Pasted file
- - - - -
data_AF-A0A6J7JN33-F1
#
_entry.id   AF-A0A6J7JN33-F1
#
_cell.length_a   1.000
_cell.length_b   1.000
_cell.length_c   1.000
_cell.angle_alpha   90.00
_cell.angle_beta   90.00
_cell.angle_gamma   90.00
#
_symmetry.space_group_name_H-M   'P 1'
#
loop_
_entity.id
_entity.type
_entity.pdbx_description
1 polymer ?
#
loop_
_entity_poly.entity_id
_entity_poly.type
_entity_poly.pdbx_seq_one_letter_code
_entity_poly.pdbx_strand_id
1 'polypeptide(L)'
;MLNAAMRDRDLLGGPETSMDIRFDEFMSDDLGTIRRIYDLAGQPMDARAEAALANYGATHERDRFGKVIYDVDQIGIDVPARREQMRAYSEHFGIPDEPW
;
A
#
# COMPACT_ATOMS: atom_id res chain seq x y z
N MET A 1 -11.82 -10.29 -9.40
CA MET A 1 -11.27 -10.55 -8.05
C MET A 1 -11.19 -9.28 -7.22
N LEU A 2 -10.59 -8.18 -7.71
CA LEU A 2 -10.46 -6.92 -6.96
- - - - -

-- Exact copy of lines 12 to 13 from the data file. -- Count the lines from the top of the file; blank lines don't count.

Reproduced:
_symmetry.space_group_name_H-M   'P 1'
#